Online courses to combat COVID-19 won’t affect Temple student visas

The United States Citizenship and Immigration Services usually only allows international students with F-1 or J-1 visas to take a single online course.

The United States Citizenship and Immigration Services is allowing universities to move their in-person classes online without impacting the visa status of international students in light of the COVID-19 outbreak, according to the U.S. Immigration and Customs Enforcement website.

With 15 presumed positive cases of COVID-19 in Pennsylvania and 23 in New Jersey, dozens of regional universities have moved to online class instruction to combat the spread of the disease this week. Temple announced on Monday that it is preparing faculty to conduct all courses online, but the university has not canceled in-person classes as of Wednesday. 

Non-immigrant students who have F-1 or J-1 visas are required to take a full course load to maintain their student status and typically students can only count one online class to their full-time course load, according to the Department of Homeland Security’s website. 

USCIS is relaxing this policy because of the “unique situation caused by the novel coronavirus,” wrote Joan McGinley, Temple’s director of Immigration Services, and Martyn Miller, Temple’s assistant vice president of International Affairs, in an email obtained by The Temple News.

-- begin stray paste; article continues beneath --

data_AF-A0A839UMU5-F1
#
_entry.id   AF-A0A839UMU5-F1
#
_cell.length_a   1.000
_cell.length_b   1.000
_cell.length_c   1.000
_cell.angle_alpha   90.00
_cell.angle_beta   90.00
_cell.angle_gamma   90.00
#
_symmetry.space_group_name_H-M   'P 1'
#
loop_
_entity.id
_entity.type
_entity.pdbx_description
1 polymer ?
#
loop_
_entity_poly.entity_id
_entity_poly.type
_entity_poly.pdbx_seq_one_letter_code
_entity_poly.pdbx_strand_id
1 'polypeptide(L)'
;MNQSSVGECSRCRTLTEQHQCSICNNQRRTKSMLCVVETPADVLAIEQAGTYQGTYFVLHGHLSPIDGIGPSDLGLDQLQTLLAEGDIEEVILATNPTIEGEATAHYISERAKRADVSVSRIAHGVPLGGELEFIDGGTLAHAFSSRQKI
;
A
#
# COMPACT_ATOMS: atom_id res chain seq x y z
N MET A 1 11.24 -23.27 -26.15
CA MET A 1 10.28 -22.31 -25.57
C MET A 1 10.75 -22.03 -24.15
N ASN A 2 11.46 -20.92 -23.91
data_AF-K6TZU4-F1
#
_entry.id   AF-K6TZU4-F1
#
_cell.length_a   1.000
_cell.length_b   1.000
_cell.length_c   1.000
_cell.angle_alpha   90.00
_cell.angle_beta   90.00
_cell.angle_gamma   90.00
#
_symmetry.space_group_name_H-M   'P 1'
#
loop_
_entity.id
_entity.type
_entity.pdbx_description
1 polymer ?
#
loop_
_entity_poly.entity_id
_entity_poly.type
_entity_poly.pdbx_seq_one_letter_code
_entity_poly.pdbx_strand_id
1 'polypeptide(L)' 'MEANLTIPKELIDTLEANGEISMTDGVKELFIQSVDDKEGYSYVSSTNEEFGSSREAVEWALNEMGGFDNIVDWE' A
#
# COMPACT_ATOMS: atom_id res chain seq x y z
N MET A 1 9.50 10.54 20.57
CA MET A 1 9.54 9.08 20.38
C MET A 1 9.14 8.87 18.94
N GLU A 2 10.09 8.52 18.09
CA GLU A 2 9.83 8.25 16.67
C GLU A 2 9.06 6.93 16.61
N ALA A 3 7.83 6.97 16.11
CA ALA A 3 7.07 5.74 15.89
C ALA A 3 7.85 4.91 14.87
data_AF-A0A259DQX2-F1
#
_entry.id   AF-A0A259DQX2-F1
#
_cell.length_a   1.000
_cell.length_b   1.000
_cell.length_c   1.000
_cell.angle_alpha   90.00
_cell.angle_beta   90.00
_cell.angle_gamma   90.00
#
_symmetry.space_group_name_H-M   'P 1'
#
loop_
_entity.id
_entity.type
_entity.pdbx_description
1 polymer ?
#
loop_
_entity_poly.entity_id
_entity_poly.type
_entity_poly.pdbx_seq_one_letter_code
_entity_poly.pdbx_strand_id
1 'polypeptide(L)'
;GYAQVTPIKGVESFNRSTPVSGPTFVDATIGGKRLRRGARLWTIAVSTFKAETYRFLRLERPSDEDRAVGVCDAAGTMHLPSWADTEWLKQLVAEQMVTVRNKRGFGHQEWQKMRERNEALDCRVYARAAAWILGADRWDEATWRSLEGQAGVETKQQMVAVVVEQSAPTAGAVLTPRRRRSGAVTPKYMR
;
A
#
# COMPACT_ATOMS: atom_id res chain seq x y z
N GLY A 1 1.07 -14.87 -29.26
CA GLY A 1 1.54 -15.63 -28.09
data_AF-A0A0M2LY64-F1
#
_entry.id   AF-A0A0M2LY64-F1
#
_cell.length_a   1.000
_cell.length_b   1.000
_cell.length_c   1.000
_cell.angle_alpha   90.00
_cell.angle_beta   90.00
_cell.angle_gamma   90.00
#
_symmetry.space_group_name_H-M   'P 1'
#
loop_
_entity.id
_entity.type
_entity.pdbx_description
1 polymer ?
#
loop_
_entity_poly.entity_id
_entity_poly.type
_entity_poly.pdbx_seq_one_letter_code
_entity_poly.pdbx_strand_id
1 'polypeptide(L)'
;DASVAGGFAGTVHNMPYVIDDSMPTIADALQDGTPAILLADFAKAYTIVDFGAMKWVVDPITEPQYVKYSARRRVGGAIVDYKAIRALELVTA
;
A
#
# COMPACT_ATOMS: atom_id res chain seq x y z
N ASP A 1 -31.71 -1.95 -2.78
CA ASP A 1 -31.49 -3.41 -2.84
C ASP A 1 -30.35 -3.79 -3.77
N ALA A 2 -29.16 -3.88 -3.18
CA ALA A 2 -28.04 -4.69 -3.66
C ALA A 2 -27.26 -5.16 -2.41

“USCIS is permitting universities to make accommodations for students, including moving classes to online, without jeopardizing international students’ status,” the email reads.

The Student and Exchange Visitor Program encourages non-immigrant students engaging in practical training to reach out to their employers to find ways to maintain their employment, McGinley and Miller wrote.

The university and the Office of International Affairs are continuing to monitor the COVID-19 situation, McGinley and Miller wrote. 

COVID-19 is a novel strain of the coronavirus, a family of diseases that causes respiratory tract illnesses ranging from severe pneumonia to the common cold, The Temple News reported. Current symptoms reported among people with COVID-19 include mild-to-severe respiratory illness with fever, cough and difficulty breathing, according to the United States Centers for Disease Control and Prevention.

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